As Stephen Johnson stated in 2006 : Newspace is the new « faster, better, cheaper » space industry (Johnson, 2006). On the one hand, the private space industry transformed the way of space exploration. Indeed, by making it more affordable, it allows societies to make progress about their space technologies. As a result, the overall trend is towards growth in financing to the private sector, which comes with a cost-cutting logic (Floch, 2019).

On the other hand, we can question the drawbacks of an increase in private companies’ influence. Whereas it was associated with the states, space exploration is now open to a large number of institutions. Entrepreneurs, lawmakers, NGOs, and supranational organizations are now able to take part in space activity, through private companies. Moreover, we can criticize the fact that this creates a for-profit space activity(Barcomb, 2016). Consequently, the more private companies take over space activity, the more progress will be associated with benefits. 

Therefore, the growing influence of private companies such as SpaceX questions the space activity’s hierarchy. Now that SpaceX is collaborating with NASA since 2008, it makes the company one of the most influential actors in space activity. In that way, could it be considered as more powerful than states ? Would it not be dangerous if a private company could make states bend under their influence? 


Concrete influence of private companies on today’s space industry   

Firstly, we need to put nuances in the consequences of the decrease of military launches by states. Indeed, governments will continue to dominate every sector of the space industry. Moreover, private companies do not have the same importance and the same possibility to grow in each country (El Mrabet, 2020). That means that they have the place that the states want them to have. For example, the case of the USA and SpaceX is explicit : the government considers it as an auxiliary for strategic deployment (El Mrabet, 2020).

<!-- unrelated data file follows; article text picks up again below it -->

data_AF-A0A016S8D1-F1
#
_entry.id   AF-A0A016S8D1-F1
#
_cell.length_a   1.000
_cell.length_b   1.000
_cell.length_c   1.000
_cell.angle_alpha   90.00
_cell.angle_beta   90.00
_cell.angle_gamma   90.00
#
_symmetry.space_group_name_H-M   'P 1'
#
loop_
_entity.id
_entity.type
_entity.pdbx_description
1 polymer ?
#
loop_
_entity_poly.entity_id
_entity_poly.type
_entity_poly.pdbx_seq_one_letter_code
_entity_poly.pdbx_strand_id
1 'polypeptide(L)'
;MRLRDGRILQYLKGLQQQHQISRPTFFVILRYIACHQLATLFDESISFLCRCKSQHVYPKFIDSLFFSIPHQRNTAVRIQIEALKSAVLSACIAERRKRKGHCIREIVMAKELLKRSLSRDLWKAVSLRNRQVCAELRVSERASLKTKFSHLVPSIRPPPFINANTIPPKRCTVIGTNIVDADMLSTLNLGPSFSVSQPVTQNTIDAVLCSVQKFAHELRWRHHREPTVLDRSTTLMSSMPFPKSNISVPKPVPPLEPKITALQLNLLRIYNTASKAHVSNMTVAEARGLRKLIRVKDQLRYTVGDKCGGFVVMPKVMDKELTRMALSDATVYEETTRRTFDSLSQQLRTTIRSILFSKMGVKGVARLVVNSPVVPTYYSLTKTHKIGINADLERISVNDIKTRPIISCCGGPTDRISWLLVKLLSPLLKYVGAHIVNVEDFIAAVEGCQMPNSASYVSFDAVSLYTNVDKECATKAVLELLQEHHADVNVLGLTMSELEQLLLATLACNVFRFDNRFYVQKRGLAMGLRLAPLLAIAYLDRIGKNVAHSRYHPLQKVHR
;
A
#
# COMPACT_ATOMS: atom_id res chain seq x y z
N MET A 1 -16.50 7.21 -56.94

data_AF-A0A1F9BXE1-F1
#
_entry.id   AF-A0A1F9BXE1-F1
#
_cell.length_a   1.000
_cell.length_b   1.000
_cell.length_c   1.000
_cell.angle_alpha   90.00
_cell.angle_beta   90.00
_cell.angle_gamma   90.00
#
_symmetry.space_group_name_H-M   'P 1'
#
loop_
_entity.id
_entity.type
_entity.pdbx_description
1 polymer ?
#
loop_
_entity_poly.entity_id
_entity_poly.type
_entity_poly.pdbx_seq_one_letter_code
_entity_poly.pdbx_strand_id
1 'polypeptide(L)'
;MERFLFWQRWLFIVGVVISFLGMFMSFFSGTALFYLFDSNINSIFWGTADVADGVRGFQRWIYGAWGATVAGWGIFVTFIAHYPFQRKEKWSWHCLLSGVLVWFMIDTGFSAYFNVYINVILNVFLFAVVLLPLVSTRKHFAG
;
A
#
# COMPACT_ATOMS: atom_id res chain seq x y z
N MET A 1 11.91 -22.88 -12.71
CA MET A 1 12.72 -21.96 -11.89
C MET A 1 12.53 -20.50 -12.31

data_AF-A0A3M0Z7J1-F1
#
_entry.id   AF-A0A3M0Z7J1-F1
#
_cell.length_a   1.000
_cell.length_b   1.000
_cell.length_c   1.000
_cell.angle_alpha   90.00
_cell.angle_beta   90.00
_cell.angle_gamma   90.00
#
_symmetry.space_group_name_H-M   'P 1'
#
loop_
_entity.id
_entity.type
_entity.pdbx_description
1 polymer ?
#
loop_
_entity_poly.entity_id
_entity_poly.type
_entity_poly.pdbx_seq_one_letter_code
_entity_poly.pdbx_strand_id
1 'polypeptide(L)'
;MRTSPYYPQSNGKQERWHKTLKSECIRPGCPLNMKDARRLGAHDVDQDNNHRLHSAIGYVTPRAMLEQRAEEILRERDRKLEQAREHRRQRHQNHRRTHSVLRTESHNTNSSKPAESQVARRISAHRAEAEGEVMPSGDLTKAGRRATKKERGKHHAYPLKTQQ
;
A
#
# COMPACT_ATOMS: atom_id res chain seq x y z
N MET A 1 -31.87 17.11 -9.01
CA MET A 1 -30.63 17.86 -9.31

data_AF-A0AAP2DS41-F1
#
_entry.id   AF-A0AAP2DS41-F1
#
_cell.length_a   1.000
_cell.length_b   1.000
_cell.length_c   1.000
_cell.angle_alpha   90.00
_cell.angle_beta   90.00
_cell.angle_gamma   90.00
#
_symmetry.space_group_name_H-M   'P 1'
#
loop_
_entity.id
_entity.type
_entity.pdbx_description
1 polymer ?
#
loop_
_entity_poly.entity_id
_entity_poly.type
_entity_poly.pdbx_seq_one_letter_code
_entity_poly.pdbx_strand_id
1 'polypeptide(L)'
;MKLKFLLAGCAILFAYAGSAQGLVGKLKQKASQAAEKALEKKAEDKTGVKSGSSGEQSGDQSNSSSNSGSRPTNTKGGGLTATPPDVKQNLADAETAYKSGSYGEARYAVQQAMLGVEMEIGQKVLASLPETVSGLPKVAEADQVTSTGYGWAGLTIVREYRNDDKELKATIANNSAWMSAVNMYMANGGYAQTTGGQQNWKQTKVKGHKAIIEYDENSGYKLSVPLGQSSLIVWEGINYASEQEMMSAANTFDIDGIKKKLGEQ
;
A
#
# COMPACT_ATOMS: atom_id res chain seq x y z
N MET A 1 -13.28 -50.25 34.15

Consequently, as Elias El Mrabet stated, the rise of these companies is going to create a « return to classic geopolitical logic ». Indeed, states still control space activity. What is new is that it comes from the cooperation between private companies and public administration (El Mrabet, 2020). Thus, with the development of SpaceX, the U.S.A. will actually expand their geopolitical influence in international relations, and maybe even be the first to colonize Mars, as it is the goal of SpaceX. 

At last, we can assume that a new conquest of space may be looming (El Mrabet, 2020). This one would mobilize several « new economy » private companies, although this would happen only if they would make benefits from it. 

Bibliography (A-E)

Abell, J., “Sept. 9, 1982: 3-2-1 … Liftoff! The First Private Rocket Launch”. Wired. Archived from the original on 9 October 2016.

Anderman, D., “The New Commercial Space Companies”. Archived from the original on 13 August 2006.

Barbaroux, P., dos Santos Paulino, V., 2013. « Le rôle de la Défense dans l’émergence d’une nouvelle industrie : le cas de l’industrie spatiale ». Innovations, (n° 42), p. 39-58. URL :

Barcomb, K., 2016. “Space Sustainment – A New Approach for America in Space” Air University (USAF). Archived (PDF) from the original on 30 November 2016.

Bergin, C., 2014. « SpaceX’s Autonomous Spaceport Drone Ship ready for action », [online].

Chang, K., 2016. “Elon Musk’s Plan: Get Humans to Mars, and Beyond”. New York Times.

NORTHEAST NOW. 2020. Elon Musk’S Spacex Becomes First Private Company To Launch Astronauts In Space. [online] Available at: <> [Accessed 24 June 2020].

El Mrabet, E., 2020. « Newspace » Les Nouveaux Enjeux Stratégiques De La | Regard Critique. [online] Available at: <> [Accessed 27 June 2020].

Bibliography (F-Z)

Floch, H., 2019. Les Enjeux Politiques De L’Espace Pour Les États.. [online] Master civilisations, cultures et sociétés. Available at: <> [Accessed 25 June 2020].

Pasco, X., 2017. Le Nouvel Âge Spatial. Paris: CNRS Ed.

Petroni, G. and Bigliardi, B., 2019. The Space Economy. Newcastle-upon-Tyne: Cambridge Scholars Publisher.

Sheetz, M., 2020. How Elon Musk’s Rocket Company Spacex Beat Boeing To Become A $28 Billion Aerospace Juggernaut. [online] CNBC. Available at: <> [Accessed 24 June 2020].

Sourbès-Verger, I., 2010. « Espace et géopolitique », L’Information géographique, 2010/2 (Vol. 74), p. 10-35. DOI : 10.3917/lig.742.0010. URL :


Autore dell’articolo*: Juline Lefevre-Lancelot. Studentessa di Political Science, Law, Economics and Interntional Relations at Sciences Po Lille. Come sempre pubblichiamo i nostri lavori per stimolare altre riflessioni, che possano portare ad integrazioni e approfondimenti.